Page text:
Microsoft and China: Impossible bedfellows?

UPDATE: China has confirmed it is conducting a formal investigation into Microsoft.

南宁桑拿

There’s a definite chill in the air.

American technology firms operating in China have felt it ever since Edward Snowden spilled the beans, alleging that America’s National Security Agency was spying on Chinese leaders with the help of US tech companies.

Now, Microsoft is the latest company to suffer the backlash.

Officials from China’s State Administration for Industry and Commerce, the body responsible for enforcing competition laws, have met Microsoft managers in four Chinese cities.

The meetings could signal the beginning of an antitrust investigation into Microsoft’s possible monopoly over China’s operating system market.

One news agency, AFP, quoted a source saying that some Microsoft offices were raided as part of an investigation, though neither Microsoft nor the Chinese AIC agency has confirmed this.

“Microsoft is happy to answer the government’s questions,” the company said in a statement, without providing any further details.

The company hasn’t been accused of wrongdoing. And, AIC officials sometimes visit industries under government scrutiny but take no action.

However Qualcomm Inc, the world’s biggest mobile phone chip maker, is facing penalties that could exceed $1 billion, after being accused of overcharging and abusing its market position in China.

It’s too early to say whether the Microsoft meetings will result in an antitrust investigation, says Joe Sweeney, an analyst with Sydney-based IT advisory company Intelligent Business Research Services (IBRS).

“Who really knows? I wouldn’t be able to make a guess on that one. What I will say, however, is that the timing is more than coincidental. There are rising tensions, economic tensions, between the US and China and I think this incident forms at least part of that story.”

Mr Sweeney says those tensions have been rising for the last two decades as China moves from an industrial third world economy to a first world knowledge economy, putting foreign IT companies in the firing line.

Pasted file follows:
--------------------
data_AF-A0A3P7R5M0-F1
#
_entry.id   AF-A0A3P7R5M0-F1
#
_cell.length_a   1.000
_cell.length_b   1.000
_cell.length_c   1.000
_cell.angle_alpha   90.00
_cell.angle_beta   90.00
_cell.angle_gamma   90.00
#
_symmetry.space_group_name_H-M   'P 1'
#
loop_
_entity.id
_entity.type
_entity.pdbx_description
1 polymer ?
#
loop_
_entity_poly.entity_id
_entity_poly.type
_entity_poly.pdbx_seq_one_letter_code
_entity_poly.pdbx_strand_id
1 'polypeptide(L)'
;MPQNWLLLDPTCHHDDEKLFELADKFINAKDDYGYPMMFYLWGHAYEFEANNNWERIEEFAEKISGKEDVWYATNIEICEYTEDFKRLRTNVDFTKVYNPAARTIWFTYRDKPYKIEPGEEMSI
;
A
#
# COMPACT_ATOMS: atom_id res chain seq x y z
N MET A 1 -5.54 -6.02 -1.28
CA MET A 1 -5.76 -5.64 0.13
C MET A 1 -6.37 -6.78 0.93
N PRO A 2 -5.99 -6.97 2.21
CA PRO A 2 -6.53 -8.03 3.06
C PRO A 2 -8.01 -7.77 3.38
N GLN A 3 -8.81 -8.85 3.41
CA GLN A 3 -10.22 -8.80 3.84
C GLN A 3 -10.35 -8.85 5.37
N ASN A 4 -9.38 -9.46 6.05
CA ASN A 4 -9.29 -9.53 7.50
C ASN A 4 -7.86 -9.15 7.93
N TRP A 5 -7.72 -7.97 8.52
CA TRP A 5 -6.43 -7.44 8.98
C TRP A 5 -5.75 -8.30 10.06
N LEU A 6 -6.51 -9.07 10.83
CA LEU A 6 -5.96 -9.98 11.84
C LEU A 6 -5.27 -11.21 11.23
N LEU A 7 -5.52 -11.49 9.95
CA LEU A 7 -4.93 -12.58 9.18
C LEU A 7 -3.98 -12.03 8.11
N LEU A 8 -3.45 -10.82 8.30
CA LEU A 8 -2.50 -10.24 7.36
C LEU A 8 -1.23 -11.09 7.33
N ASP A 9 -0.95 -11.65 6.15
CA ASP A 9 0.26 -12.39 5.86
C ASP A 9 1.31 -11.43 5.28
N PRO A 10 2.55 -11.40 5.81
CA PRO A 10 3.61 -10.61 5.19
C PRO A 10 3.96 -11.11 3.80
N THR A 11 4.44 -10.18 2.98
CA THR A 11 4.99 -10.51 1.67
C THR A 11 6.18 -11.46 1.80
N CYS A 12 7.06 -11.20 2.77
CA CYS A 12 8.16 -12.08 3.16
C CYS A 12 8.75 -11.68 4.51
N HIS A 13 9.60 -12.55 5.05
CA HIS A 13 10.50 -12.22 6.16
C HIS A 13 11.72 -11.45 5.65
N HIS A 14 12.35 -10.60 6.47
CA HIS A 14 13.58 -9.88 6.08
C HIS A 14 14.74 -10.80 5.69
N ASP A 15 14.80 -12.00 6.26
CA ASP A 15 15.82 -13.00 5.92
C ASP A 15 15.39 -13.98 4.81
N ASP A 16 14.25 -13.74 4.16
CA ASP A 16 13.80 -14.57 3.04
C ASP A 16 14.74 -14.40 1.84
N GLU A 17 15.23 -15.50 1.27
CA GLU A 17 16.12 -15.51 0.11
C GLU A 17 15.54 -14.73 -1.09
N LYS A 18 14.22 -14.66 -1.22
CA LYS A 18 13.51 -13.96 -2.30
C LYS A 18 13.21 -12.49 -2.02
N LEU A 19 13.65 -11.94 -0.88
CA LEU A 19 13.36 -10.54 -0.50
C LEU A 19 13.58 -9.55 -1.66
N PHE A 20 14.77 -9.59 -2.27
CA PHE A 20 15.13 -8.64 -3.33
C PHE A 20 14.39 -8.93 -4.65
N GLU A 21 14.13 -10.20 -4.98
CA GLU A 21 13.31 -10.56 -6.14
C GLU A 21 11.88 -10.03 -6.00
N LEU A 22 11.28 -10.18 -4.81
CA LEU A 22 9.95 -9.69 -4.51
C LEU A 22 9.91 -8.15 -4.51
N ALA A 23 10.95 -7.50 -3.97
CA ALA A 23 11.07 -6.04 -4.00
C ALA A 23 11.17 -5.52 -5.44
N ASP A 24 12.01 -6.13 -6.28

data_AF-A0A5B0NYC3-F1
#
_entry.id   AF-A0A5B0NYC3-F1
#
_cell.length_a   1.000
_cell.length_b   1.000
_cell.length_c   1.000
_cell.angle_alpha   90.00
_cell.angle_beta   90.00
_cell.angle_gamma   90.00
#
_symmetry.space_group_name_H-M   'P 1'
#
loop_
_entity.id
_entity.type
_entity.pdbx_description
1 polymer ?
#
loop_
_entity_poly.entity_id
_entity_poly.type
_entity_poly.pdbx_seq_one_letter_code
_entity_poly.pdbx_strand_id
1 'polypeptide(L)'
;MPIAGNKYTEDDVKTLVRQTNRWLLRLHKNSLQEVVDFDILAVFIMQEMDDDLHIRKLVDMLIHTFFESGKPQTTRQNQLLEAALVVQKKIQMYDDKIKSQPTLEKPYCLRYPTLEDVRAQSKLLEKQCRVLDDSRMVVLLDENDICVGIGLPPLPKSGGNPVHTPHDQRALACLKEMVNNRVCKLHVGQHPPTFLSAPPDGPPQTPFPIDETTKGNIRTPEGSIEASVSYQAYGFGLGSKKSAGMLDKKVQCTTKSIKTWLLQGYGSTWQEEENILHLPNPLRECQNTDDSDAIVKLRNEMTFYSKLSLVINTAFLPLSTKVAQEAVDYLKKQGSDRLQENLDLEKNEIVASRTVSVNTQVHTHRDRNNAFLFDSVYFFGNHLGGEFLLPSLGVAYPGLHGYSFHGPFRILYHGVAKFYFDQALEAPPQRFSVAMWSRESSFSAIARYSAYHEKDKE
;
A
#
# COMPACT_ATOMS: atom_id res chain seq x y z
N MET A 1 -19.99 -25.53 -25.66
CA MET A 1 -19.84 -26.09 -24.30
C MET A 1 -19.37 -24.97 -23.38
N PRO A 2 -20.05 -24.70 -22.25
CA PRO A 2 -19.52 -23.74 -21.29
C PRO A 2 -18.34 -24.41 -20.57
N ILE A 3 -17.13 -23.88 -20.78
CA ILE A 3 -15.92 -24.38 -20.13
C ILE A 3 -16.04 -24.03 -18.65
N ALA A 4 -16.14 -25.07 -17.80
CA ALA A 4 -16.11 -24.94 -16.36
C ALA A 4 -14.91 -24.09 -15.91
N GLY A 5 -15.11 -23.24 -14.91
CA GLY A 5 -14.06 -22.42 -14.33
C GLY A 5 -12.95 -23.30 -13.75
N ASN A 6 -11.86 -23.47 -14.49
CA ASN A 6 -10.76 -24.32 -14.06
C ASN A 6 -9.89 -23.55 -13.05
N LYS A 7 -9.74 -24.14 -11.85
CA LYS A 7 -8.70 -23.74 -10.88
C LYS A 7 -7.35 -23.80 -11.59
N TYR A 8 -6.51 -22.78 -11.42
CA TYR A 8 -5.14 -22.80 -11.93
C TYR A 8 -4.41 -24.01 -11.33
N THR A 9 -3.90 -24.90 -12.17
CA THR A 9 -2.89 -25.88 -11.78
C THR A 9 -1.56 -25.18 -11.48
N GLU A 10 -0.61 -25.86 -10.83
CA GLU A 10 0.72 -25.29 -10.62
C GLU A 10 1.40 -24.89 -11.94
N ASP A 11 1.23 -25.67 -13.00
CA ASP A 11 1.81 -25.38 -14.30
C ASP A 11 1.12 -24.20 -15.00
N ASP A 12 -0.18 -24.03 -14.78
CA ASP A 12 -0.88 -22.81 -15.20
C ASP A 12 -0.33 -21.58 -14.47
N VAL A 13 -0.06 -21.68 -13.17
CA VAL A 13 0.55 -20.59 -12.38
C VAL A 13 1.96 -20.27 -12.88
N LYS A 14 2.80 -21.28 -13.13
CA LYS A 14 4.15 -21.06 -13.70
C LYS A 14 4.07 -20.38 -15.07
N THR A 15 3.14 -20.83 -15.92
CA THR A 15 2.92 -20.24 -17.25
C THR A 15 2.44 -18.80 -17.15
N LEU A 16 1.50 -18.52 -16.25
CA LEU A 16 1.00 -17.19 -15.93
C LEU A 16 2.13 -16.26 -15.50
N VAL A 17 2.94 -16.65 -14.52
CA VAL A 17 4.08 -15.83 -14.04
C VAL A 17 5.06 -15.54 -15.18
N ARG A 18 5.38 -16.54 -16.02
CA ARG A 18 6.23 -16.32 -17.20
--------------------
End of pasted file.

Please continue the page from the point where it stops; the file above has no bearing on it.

“It’s about China is flexing its economic muscles, absolutely. Now that means that companies like Microsoft, like Google, are going to be facing an increasingly difficult time.

“Some months ago China announced that its government would no longer procure Microsoft Windows and would be moving towards the Linux-based operating system which is manufactured and developed in China. So we are seeing a great deal more emphasis on domestically-developed technologies for the domestic market.”

And part of Microsoft’s problem says Peter Grant, a former Microsoft State Director for Queensland and now analyst at IBRS, is that the company hasn’t encouraged compatability between its products and other technologies.

“Microsoft’s previous CEO was famous for saying that Windows is the air that Microsoft breathes. So they were encouraging all of their products to be run on Windows and for people to lock themselves in to a Windows environment,” Professor Grant says.

“Well, good business would say you wouldn’t do that in 2014 and the Chinese, being a green field, will almost certainly make that choice.”

But the Chinese government’s decision to bypass Windows is also a political one.

In May, a State Internet Information Office spokesman said “governments and enterprises of a few countries” were taking advantage of their monopoly status and technological edge to collect sensitive information.

The country’s state-run broadcaster recently aired a program that questioned the security of Windows 8, with Chinese experts alleging that Microsoft was cooperating with US government cyberspying activities.

Some say that’s retaliation for the US Justice Department charging five Chinese military officers with hacking American companies’ computers and stealing trade secrets.

The political angst between the US and China is not Microsoft’s only worry.

IBRS’s Joe Sweeney says consumers, not businesses, have become the main drivers of technology and that’s impacting those who’ve traditionally supplied businesses.

“It’s not uncommon to see police, ambulance, rescue personnel using their mobile phones instead of their workplace radio or file storage system. It’s not uncommon to see staff taking in their own mobile phones, with their own network connectivity to work and using their own personal technology rather than the company’s technology. The consumer technology is, in their minds, superior,” Joe Sweeny says.

“This is changing how companies buy their technology and Microsoft has to address that.”

To keep up, Microsoft has to persist in the smartphone market.

It bought Nokia earlier this year but last week announced it was shedding 18,000 jobs – 14 per cent of its workforce – and most would come from Nokia.

That’s indicative, Joe Sweeney says, of Microsoft’s struggles to make Nokia work.

“Microsoft has made, in past years, major fundamental mistakes about how it approaches the mobile phone space. It still continues to make those mistakes,” he says. “The issue here is that Microsoft believes that your mobile experience should be the same, or very, very similar to, your desktop experience. And while it does sound like a good story in reality consumers don’t actually want that. What they want is a highly optimised experience for the device they’re working on.”

Chinese smartphone users are no different, says Peter Grant, and so if Microsoft is to thrive in the Chinese market, it has to overcome that obstacle as well as the political ones.

“Smartphones is where the industry’s going and if you want to be successful in China that will be a cornerstone of how that’s done. People want to access as much as possible from mobile devices. So, smartphones and that market segment are absolutely critical.”